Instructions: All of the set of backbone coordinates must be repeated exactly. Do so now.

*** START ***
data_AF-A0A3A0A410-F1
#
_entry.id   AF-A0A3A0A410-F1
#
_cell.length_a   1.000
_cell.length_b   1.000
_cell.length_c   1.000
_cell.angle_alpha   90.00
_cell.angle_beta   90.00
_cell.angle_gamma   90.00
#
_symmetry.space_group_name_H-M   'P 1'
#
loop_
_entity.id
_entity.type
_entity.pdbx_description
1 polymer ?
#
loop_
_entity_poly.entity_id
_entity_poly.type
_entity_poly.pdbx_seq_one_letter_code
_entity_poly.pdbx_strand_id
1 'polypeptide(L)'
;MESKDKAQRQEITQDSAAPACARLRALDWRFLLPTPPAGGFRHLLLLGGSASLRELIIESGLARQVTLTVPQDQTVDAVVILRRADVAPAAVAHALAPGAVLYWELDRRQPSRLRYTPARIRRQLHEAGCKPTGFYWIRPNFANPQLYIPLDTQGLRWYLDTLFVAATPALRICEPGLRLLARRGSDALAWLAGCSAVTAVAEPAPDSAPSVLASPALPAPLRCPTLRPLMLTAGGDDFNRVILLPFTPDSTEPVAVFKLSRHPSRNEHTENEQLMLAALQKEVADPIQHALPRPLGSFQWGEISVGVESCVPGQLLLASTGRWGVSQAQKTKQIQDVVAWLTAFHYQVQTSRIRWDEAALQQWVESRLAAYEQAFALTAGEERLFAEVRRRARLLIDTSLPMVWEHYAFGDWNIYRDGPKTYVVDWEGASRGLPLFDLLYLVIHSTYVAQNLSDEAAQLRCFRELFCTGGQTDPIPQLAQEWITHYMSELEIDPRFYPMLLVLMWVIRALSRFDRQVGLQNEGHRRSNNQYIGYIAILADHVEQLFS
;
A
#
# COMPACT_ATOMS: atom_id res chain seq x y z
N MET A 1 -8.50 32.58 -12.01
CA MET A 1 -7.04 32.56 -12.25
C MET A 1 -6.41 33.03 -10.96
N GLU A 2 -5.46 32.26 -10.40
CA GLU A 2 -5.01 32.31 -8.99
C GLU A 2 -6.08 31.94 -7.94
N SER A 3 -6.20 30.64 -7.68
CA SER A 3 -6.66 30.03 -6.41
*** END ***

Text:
data_AF-A0A3A0A410-F1
#
_entry.id   AF-A0A3A0A410-F1
#
_cell.length_a   1.000
_cell.length_b   1.000
_cell.length_c   1.000
_cell.angle_alpha   90.00
_cell.angle_beta   90.00
_cell.angle_gamma   90.00
#
_symmetry.space_group_name_H-M   'P 1'
#
loop_
_entity.id
_entity.type
_entity.pdbx_description
1 polymer ?
#
loop_
_entity_poly.entity_id
_entity_poly.type
_entity_poly.pdbx_seq_one_letter_code
_entity_poly.pdbx_strand_id
1 'polypeptide(L)'
;MESKDKAQRQEITQDSAAPACARLRALDWRFLLPTPPAGGFRHLLLLGGSASLRELIIESGLARQVTLTVPQDQTVDAVVILRRADVAPAAVAHALAPGAVLYWELDRRQPSRLRYTPARIRRQLHEAGCKPTGFYWIRPNFANPQLYIPLDTQGLRWYLDTLFVAATPALRICEPGLRLLARRGSDALAWLAGCSAVTAVAEPAPDSAPSVLASPALPAPLRCPTLRPLMLTAGGDDFNRVILLPFTPDSTEPVAVFKLSRHPSRNEHTENEQLMLAALQKEVADPIQHALPRPLGSFQWGEISVGVESCVPGQLLLASTGRWGVSQAQKTKQIQDVVAWLTAFHYQVQTSRIRWDEAALQQWVESRLAAYEQAFALTAGEERLFAEVRRRARLLIDTSLPMVWEHYAFGDWNIYRDGPKTYVVDWEGASRGLPLFDLLYLVIHSTYVAQNLSDEAAQLRCFRELFCTGGQTDPIPQLAQEWITHYMSELEIDPRFYPMLLVLMWVIRALSRFDRQVGLQNEGHRRSNNQYIGYIAILADHVEQLFS
;
A
#
# COMPACT_ATOMS: atom_id res chain seq x y z
N MET A 1 -8.50 32.58 -12.01
CA MET A 1 -7.04 32.56 -12.25
C MET A 1 -6.41 33.03 -10.96
N GLU A 2 -5.46 32.26 -10.40
CA GLU A 2 -5.01 32.31 -8.99
C GLU A 2 -6.08 31.94 -7.94
N SER A 3 -6.20 30.64 -7.68
CA SER A 3 -6.66 30.03 -6.41